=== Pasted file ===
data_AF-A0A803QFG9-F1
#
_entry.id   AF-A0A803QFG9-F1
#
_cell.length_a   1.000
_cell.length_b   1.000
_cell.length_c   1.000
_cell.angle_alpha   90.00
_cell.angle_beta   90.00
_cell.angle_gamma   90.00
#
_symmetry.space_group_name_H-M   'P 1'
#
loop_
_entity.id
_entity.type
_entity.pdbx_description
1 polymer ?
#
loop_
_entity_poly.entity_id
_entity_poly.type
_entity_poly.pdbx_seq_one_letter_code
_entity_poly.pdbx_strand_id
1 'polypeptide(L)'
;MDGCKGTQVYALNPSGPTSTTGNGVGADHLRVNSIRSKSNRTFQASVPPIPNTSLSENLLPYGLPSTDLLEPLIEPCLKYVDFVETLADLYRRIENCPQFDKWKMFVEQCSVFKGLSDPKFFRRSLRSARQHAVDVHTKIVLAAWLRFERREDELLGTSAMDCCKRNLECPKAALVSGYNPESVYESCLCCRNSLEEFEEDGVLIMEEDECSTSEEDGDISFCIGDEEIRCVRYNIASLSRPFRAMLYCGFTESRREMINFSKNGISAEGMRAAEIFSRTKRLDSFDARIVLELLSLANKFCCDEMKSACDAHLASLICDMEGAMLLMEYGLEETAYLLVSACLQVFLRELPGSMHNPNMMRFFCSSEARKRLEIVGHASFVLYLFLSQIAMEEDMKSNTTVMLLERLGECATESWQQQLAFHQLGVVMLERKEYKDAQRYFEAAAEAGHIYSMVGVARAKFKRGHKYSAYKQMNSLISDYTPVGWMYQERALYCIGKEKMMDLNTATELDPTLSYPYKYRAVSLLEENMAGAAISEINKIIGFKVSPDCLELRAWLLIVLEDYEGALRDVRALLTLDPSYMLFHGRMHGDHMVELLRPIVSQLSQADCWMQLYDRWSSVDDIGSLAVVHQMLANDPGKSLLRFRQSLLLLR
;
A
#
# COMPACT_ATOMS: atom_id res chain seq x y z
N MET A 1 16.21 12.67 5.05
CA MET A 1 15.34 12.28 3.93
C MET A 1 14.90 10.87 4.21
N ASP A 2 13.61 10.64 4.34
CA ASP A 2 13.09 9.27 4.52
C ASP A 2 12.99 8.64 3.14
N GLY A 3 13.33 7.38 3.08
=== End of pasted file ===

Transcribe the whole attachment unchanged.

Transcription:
data_AF-A0A803QFG9-F1
#
_entry.id   AF-A0A803QFG9-F1
#
_cell.length_a   1.000
_cell.length_b   1.000
_cell.length_c   1.000
_cell.angle_alpha   90.00
_cell.angle_beta   90.00
_cell.angle_gamma   90.00
#
_symmetry.space_group_name_H-M   'P 1'
#
loop_
_entity.id
_entity.type
_entity.pdbx_description
1 polymer ?
#
loop_
_entity_poly.entity_id
_entity_poly.type
_entity_poly.pdbx_seq_one_letter_code
_entity_poly.pdbx_strand_id
1 'polypeptide(L)'
;MDGCKGTQVYALNPSGPTSTTGNGVGADHLRVNSIRSKSNRTFQASVPPIPNTSLSENLLPYGLPSTDLLEPLIEPCLKYVDFVETLADLYRRIENCPQFDKWKMFVEQCSVFKGLSDPKFFRRSLRSARQHAVDVHTKIVLAAWLRFERREDELLGTSAMDCCKRNLECPKAALVSGYNPESVYESCLCCRNSLEEFEEDGVLIMEEDECSTSEEDGDISFCIGDEEIRCVRYNIASLSRPFRAMLYCGFTESRREMINFSKNGISAEGMRAAEIFSRTKRLDSFDARIVLELLSLANKFCCDEMKSACDAHLASLICDMEGAMLLMEYGLEETAYLLVSACLQVFLRELPGSMHNPNMMRFFCSSEARKRLEIVGHASFVLYLFLSQIAMEEDMKSNTTVMLLERLGECATESWQQQLAFHQLGVVMLERKEYKDAQRYFEAAAEAGHIYSMVGVARAKFKRGHKYSAYKQMNSLISDYTPVGWMYQERALYCIGKEKMMDLNTATELDPTLSYPYKYRAVSLLEENMAGAAISEINKIIGFKVSPDCLELRAWLLIVLEDYEGALRDVRALLTLDPSYMLFHGRMHGDHMVELLRPIVSQLSQADCWMQLYDRWSSVDDIGSLAVVHQMLANDPGKSLLRFRQSLLLLR
;
A
#
# COMPACT_ATOMS: atom_id res chain seq x y z
N MET A 1 16.21 12.67 5.05
CA MET A 1 15.34 12.28 3.93
C MET A 1 14.90 10.87 4.21
N ASP A 2 13.61 10.64 4.34
CA ASP A 2 13.09 9.27 4.52
C ASP A 2 12.99 8.64 3.14
N GLY A 3 13.33 7.38 3.08